drivers/net/can/flexcan.c

FlexCAN driver

The CAN support is based on the SocketCAN stack. For more information and source code about this project, see http://elinux.org/CAN_Bus and https://github.com/linux-can/.

Device tree bindings and customization

The i.MX8QXP CAN interface device tree binding is documented at Documentation/devicetree/bindings/net/can/fsl-flexcan.txt

Example: CAN1 on the ConnectCore 8X SBC Pro

Definition of the device

i.MX8QXP device tree
flexcan2: can@5a8e0000 {
	compatible = "fsl,imx8qxp-flexcan", "fsl,imx8qm-flexcan";
	reg = <0x0 0x5a8e0000 0x0 0x10000>;
	interrupts = <GIC_SPI 236 IRQ_TYPE_LEVEL_HIGH>;
	interrupt-parent = <&wu>;
	/* CAN0 clock and PD is shared among all CAN instances */
	clocks = <&clk IMX8QXP_CAN0_IPG_CLK>,
		 <&clk IMX8QXP_CAN0_CLK>;
	clock-names = "ipg", "per";
	assigned-clocks = <&clk IMX8QXP_CAN0_CLK>;
	assigned-clock-rates = <40000000>;
	power-domains = <&pd_dma_flexcan0>;
	status = "disabled";
};

IOMUX configuration

ConnectCore 8X SBC Pro device tree
pinctrl_flexcan2: flexcan1grp {
	fsl,pins = <
		SC_P_FLEXCAN1_TX_ADMA_FLEXCAN1_TX		0x21
		SC_P_FLEXCAN1_RX_ADMA_FLEXCAN1_RX		0x21
		/* CAN1 MODE */
		SC_P_SPI2_CS0_LSIO_GPIO1_IO00                   0x06000020
	>;
};

Bus enabling

ConnectCore 8X SBC Pro device tree
/* CAN1 on expansion header */
&flexcan2 {
	pinctrl-names = "default";
	pinctrl-0 = <&pinctrl_flexcan2>;
	xceiver-supply = <&reg_5v_display>;
	stby-gpios = <&gpio1 0 GPIO_ACTIVE_HIGH>;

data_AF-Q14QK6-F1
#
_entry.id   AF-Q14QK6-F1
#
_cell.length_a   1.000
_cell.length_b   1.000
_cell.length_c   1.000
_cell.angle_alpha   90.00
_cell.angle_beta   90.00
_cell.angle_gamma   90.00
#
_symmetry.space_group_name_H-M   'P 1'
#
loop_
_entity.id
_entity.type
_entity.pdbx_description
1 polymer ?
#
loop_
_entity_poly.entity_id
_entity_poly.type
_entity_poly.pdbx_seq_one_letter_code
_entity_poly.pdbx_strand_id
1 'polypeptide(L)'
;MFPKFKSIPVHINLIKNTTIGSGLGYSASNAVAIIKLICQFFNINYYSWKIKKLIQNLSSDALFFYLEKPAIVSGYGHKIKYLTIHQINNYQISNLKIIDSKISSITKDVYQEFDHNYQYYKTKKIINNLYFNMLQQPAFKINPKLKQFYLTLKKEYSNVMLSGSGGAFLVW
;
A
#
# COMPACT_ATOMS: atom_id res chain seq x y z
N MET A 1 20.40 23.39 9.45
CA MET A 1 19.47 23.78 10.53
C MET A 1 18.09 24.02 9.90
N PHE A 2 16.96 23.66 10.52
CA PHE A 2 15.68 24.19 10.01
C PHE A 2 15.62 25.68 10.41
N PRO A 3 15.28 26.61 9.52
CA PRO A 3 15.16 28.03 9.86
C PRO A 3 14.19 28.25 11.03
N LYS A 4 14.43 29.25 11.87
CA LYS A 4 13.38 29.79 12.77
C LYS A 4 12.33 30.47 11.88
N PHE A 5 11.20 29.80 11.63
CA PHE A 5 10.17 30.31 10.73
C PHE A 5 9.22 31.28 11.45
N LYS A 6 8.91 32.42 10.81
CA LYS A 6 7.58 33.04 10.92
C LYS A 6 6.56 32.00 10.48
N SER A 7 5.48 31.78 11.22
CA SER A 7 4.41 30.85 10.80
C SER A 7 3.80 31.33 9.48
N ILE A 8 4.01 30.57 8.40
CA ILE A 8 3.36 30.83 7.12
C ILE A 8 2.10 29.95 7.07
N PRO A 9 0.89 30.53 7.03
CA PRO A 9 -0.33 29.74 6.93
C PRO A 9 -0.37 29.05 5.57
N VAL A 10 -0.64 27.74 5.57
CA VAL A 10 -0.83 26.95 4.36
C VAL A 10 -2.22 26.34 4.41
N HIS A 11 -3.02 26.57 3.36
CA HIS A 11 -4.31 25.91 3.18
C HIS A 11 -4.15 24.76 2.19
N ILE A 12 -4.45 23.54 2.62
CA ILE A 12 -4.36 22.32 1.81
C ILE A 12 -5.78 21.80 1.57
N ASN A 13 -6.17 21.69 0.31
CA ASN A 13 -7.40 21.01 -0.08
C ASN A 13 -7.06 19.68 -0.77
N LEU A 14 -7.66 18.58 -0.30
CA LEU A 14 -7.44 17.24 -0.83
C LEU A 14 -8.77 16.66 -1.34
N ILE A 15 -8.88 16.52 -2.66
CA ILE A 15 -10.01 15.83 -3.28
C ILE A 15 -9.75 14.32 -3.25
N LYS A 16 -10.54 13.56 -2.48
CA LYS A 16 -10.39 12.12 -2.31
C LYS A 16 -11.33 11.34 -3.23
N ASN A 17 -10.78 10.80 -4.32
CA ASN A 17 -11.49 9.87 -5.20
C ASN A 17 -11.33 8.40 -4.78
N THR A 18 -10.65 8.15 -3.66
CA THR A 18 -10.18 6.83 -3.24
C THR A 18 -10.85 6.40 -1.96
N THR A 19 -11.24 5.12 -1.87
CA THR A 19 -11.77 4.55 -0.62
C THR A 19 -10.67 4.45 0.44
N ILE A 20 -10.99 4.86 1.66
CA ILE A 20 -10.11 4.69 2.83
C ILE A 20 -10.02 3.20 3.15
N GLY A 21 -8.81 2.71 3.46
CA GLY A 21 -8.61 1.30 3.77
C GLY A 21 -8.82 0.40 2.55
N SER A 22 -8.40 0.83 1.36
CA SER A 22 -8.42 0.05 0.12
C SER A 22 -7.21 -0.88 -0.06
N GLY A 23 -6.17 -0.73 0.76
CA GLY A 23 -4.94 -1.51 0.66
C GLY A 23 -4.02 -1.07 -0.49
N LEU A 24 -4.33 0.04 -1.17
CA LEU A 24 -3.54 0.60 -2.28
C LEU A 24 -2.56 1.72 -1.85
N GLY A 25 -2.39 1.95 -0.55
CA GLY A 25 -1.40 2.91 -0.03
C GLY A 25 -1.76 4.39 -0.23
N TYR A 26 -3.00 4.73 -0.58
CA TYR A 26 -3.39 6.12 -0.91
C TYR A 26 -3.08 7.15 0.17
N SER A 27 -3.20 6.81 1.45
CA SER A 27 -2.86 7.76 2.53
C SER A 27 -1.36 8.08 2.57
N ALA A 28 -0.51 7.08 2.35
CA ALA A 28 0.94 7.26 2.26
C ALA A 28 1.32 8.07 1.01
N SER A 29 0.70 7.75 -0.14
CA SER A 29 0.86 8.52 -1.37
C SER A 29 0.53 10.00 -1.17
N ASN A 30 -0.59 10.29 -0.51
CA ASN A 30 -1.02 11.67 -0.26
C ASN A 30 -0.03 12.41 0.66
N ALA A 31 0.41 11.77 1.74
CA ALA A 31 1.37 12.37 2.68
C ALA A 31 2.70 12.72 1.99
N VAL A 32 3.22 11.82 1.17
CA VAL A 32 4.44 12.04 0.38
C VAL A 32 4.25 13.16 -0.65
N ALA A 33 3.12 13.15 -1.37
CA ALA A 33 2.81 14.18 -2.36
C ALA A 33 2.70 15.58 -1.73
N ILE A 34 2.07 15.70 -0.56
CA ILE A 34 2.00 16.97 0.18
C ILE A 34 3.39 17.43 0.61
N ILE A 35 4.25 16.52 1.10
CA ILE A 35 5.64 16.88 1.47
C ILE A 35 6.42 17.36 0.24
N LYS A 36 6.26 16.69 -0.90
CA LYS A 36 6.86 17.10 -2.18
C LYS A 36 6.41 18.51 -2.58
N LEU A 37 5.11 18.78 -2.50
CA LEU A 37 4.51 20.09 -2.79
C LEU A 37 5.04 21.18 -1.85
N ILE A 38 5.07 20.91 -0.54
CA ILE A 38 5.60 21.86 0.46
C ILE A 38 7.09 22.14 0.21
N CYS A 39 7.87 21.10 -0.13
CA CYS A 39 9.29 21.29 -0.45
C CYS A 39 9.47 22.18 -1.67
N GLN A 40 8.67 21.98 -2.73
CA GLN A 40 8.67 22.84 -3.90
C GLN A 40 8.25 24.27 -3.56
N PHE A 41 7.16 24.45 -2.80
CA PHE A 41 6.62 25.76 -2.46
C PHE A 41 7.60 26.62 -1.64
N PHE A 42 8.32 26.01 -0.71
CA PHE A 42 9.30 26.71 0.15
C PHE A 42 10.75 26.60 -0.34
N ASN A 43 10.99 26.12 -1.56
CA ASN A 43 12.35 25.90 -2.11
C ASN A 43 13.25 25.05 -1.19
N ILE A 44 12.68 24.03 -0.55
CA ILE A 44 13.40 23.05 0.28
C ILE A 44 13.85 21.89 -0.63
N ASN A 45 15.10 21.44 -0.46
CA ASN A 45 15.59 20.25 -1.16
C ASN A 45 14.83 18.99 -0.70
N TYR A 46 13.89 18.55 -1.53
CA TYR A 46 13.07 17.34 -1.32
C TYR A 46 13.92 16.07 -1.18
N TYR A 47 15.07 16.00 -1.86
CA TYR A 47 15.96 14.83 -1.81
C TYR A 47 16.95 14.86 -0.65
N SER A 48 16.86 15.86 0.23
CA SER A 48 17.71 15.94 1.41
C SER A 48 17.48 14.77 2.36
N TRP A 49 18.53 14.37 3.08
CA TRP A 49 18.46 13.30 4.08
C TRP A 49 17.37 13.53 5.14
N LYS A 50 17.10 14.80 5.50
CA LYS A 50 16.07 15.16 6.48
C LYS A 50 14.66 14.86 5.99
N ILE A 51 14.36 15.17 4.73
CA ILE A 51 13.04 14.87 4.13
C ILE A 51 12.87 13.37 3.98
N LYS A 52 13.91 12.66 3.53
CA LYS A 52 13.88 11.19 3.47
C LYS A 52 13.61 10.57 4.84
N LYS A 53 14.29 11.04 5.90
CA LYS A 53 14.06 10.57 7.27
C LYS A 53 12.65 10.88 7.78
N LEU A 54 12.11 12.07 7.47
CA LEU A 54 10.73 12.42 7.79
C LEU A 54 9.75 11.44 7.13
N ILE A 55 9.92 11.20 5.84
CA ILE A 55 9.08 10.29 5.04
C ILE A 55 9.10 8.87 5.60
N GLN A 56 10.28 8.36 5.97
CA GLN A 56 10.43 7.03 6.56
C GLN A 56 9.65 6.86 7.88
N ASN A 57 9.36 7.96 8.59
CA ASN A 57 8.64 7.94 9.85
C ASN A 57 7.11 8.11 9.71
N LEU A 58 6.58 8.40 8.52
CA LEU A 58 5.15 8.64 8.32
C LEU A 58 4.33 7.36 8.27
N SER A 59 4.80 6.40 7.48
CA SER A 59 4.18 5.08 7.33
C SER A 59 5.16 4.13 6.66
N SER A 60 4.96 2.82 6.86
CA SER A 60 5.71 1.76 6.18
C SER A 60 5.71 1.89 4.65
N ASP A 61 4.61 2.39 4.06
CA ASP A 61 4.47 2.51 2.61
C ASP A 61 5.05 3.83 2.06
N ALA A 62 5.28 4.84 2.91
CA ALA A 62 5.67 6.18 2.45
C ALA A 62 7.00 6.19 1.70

disable-fd-mode;
	status = "okay";
};

CAN user space usage examples

CAN device interface

The CAN driver is a network device driver from the PF_CAN protocol family. It exposes device data through the sysfs at /sys/class/net/canX/, where X is the port index, starting at zero.

Linux creates port indexes sequentially as enabled flexcan entries are found in the device tree.

For example, the default device tree configuration for ConnectCore 8X SBC Pro has:

  • CAN0 disabled

  • CAN1 enabled (set as can0 in Linux)

  • CAN2 enabled (set as can1 in Linux)

Setting flexcan1 status as "okay" in the device tree sets CAN0 as can0.

The CAN network device driver interface provides a generic interface to set up, configure, and monitor CAN network devices. For example, you can configure the CAN device via the netlink interface using the program ip from the iproute2 utility suite.

Configuring the interface

Before you can start the CAN network device, you must configure the bitrate at which it will communicate. In the following example, X is the index of the CAN node you want to configure:

~# ip link set canX up type can bitrate 125000

Starting and stopping the CAN network device

Similar to other network interfaces, you can start or stop a CAN network device with the ifconfig command. In the following example, X is the index of the CAN node you want to bring up or down.

To start:

~# ifconfig canX up

To stop:

~# ifconfig canX down

For more information, see the Linux kernel documentation: Documentation/networking/can.txt

Sample application

Example applications called apix-can-send-example and apix-can-recv-example are included in the dey-examples-digiapix recipe (part of dey-examples package) of meta-digi layer. These applications show how to send and receive packets through the CAN ports using Digi APIx library on the ConnectCore 8X platform.

Go to GitHub to see the applications instructions and source code.

For example, to send an 8-bit CAN message to node can0 with ID 0x12 at a baudrate of 500 Kbit/s:

~# apix-can-send-example -i can0 -I 0x12 -b 5000000

To receive a similar message:

~# apix-can-recv-example -i can0 -b 5000000

See CAN API for more information about the CAN APIx.